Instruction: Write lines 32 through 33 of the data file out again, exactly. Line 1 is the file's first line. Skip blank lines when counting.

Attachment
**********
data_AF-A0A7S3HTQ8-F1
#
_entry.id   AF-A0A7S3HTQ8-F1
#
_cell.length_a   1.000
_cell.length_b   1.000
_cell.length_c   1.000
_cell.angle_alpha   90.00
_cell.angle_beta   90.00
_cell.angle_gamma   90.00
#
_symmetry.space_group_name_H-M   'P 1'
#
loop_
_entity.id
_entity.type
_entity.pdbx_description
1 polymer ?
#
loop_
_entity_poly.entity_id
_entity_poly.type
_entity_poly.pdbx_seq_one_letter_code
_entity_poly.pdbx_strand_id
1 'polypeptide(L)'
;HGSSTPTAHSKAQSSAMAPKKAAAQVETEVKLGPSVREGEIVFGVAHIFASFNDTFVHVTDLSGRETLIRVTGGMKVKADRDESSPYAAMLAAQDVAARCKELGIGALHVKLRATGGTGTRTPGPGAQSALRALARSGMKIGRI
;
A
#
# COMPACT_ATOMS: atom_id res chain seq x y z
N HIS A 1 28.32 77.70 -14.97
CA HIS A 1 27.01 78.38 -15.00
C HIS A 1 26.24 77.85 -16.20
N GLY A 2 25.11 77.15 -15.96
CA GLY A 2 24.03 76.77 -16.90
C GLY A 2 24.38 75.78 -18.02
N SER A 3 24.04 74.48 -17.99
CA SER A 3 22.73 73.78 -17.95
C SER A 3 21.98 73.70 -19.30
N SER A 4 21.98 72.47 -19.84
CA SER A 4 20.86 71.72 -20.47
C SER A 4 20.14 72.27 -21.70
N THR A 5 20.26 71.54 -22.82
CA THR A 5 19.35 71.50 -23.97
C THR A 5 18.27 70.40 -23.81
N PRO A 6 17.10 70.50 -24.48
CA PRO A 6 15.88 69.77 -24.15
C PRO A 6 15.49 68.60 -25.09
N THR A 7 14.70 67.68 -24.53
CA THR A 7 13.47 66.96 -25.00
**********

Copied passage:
CA HIS A 1 27.01 78.38 -15.00
C HIS A 1 26.24 77.85 -16.20